At the bottom it is not really a National Park and the parking and trail look pretty rustic. We decide not the leave the unattended car there either. About half way back up the track to the highway the car spins out. We are not going any farther. I will have to back down and take another run at it. The three passengers get out and C guides me backwards down the goat path. Thinking the lighter the car the better we divest the auto of most of our luggage which C and Debbie haul up the track. I get a pretty good run and I slip, slide my way up. The entire road is only about 2′ wider than the car and I use the entire width. Full gas and I don’t back off the accelerator. I get past the steep part and still don’t back off, spinning tires all the way with mud and gravel being spewed behind me as I go. This could have been a major development in our travel education but it turned out OK. We learned without dire consequences. Some roads are not for 2 wheel drives loaded to the hilt with passengers and luggage.


Lunch looking out to the Atlantic

The rest of our trip north along the east coast is quite pleasent. The Atlantic Ocean displays its might with powerful surf and crashing waves. It is my last long drive  and I think I am far more relaxed than when I started a couple of weeks ago.

We find our way back to the Coffee River Cottages and get settled in. There is a swimable river on the property and we take advantage of it to douse our sweaty bodies. It is quite fun really, the hotel has a couple of car tire tubes and we spend our time paddling upstream and floating back down until the rocks impede any further travel.

Coffeeriver Cottages

Last day on this island. Debbie and I board a plane to Barbados at 7am and D&Ccatch a flight to St. Maartin at about 9.30. It is sad to go. I like this place. It has not be soiled with resort development and the life is much like I expect it to be on a Caribbean Island. Ciao for now we MAY return.

Torch Lily

Torch Lily

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Staging vs Nature

I have come to realize something in the last couple of days. It has taken quite a long time for me for this to come to the front of my brain but eventually if I experience something enough times I see the light. One of the things I like about diving is coming upon something as it happens naturally. One day we went around a coral head off Australia and stumbbled upon cuddle fish mating. We were voyuers  and took photographs the entire time. We didn’t feel bad about it, it’s part of the reason we dive, to experience the unusual as it happens.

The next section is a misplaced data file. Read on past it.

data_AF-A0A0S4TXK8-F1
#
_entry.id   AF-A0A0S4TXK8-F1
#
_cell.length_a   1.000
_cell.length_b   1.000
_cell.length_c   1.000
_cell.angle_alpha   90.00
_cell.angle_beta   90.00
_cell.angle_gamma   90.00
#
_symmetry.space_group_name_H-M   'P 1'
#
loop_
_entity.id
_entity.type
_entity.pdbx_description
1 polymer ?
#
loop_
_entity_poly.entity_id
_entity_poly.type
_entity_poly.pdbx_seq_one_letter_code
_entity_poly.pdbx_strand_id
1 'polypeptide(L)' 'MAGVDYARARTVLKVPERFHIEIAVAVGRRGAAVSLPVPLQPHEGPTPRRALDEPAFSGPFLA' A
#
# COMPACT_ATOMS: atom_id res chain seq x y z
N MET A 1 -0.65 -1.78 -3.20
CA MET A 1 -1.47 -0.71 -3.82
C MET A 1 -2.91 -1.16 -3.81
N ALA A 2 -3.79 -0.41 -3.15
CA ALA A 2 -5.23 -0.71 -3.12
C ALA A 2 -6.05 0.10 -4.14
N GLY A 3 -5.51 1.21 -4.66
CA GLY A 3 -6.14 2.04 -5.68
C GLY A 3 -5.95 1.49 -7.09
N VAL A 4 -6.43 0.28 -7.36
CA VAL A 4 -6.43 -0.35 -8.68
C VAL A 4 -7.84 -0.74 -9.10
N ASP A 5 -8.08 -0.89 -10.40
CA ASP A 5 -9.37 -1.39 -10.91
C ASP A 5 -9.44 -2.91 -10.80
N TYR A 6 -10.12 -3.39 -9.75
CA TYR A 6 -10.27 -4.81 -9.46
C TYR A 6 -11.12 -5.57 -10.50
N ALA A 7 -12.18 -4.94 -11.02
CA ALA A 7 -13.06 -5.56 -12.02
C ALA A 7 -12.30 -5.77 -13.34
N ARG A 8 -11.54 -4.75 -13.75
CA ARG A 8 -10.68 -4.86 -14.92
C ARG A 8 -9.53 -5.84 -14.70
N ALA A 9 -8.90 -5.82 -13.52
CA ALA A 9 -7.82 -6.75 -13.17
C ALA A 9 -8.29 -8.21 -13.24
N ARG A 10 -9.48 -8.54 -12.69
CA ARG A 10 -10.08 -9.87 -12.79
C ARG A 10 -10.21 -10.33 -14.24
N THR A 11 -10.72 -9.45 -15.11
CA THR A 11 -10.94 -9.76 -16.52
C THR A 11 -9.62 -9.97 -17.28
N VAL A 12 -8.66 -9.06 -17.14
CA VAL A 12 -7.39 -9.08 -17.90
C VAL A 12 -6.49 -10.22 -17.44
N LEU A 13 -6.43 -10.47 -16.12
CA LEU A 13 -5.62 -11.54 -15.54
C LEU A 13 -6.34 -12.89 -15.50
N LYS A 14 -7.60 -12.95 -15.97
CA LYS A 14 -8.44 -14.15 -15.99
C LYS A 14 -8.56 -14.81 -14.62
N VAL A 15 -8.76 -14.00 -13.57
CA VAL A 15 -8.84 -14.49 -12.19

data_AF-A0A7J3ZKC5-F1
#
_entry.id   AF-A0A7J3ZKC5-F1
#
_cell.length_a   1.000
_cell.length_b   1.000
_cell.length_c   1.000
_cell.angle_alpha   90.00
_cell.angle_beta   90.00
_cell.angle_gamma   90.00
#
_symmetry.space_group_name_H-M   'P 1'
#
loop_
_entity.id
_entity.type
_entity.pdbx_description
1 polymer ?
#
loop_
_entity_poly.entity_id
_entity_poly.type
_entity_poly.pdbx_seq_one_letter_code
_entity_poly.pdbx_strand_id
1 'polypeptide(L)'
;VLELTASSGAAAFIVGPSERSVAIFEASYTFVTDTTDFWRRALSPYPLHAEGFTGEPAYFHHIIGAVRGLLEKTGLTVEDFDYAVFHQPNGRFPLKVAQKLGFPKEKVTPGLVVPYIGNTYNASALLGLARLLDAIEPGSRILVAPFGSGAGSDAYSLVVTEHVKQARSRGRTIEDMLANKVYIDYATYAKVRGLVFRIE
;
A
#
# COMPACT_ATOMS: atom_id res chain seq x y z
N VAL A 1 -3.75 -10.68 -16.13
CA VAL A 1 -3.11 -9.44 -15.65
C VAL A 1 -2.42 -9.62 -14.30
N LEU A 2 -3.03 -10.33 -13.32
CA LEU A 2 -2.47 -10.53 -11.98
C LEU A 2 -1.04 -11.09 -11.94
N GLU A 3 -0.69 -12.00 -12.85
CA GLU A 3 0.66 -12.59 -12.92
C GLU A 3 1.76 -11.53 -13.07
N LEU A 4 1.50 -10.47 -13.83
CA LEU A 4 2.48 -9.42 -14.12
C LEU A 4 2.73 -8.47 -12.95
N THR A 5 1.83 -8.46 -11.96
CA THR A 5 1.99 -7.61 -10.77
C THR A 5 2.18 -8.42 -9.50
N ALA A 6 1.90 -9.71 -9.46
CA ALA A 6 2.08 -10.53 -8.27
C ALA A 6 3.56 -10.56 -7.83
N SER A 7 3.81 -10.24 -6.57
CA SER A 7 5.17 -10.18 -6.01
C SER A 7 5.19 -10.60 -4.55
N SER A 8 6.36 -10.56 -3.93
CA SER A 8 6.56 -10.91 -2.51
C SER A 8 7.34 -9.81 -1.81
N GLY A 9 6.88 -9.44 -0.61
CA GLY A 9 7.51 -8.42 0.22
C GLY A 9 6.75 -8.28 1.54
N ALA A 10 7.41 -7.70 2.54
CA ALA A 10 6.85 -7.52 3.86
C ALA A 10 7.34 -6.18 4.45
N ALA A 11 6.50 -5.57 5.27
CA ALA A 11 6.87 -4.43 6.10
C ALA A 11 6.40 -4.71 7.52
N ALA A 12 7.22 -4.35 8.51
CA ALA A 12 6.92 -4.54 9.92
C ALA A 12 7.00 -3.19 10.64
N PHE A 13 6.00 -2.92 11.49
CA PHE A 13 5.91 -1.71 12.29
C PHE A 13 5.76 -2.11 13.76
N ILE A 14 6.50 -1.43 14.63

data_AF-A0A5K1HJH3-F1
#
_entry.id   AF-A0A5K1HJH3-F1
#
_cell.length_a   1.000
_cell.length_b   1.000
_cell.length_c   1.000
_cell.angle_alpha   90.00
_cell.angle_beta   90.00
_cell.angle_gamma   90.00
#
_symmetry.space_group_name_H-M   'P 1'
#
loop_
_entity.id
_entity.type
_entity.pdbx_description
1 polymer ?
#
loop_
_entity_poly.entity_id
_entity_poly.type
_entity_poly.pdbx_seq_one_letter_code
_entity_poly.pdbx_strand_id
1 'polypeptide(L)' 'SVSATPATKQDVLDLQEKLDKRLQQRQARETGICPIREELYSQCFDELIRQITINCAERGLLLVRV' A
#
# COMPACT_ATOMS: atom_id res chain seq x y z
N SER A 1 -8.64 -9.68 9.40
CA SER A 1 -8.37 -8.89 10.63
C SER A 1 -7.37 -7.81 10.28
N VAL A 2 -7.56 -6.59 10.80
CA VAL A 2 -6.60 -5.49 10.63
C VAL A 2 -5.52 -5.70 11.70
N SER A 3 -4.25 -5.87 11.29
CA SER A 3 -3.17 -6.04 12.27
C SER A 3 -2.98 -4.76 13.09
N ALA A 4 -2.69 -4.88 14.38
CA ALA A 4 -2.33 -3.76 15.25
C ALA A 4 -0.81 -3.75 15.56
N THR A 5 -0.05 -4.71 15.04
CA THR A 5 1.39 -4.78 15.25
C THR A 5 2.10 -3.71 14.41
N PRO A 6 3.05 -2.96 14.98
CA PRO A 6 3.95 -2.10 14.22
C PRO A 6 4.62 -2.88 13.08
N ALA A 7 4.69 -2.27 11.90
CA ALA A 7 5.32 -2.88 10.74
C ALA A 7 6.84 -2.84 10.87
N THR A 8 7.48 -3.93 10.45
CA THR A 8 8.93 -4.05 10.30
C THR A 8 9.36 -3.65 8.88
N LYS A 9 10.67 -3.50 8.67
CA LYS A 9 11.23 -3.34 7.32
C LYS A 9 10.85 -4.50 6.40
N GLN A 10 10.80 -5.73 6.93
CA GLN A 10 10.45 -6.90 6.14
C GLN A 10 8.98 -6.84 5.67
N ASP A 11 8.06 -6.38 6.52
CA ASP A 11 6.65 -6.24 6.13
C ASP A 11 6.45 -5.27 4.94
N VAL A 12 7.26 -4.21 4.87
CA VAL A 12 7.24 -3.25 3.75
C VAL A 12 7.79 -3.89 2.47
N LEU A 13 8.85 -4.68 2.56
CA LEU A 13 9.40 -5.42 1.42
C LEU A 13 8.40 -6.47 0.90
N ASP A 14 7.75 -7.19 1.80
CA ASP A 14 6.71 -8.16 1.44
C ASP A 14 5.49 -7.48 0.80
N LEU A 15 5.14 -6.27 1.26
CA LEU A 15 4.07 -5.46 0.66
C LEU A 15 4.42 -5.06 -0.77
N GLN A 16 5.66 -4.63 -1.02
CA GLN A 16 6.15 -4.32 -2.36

In most of the places we dive it is understood things under the water should not be interfered with. It is extremely difficult not to bump into the coral or the occasional sponge. Diving takes place is a 3D environment and to know where you are at all times is not easy. But it is not that hard to keep hands off.

On Dominica, and to be honest not just here, not handling the animals doesn’t seem to be  followed to the letter. Yesterday, the dive master managed to cup a small balloon fish in his hands. As a defensive stance the balloon fish puffs itself into a ball to make itself look  big and fearsome. This poor little fellow was so scared it was vibrating. I had never seen a fish puffed up like this and started to video the round ball. Debbie took a couple of pics but then we both realized, at the same time, the fish was in distress and we decided not to participate in the action any longer.


Today the dive master steered a turtle back towards the group. We had a good look at the turtle but I don’t know how many years this action took off the turtles life. Again we did not photograph this.

We are never crazy about when dive masters ‘play’ with the critters but as I said sometimes it takes a while for the realization to hit home. The poor shaking puffer fish was the incident that rang my bell. From this point forward I will try not to pay too much attention to acts caused by human intervention and concentrate on natural happenings I come upon as I swim through the undersea world.

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The Way of the Jungle

On my first trip to SE Asia I lay on my bed the first night and a lizard ran down the wall and behind a picture. I was tired and not about to chase a lizard around the room trying to shoo him out the door. The next day I discussed this with a more travel savvy couple and they explained, first it is quite normal and second it is in fact an advantage to have a gecko or two in the room as their prey of choice is mosquitos. So since then I have been totally OK with them.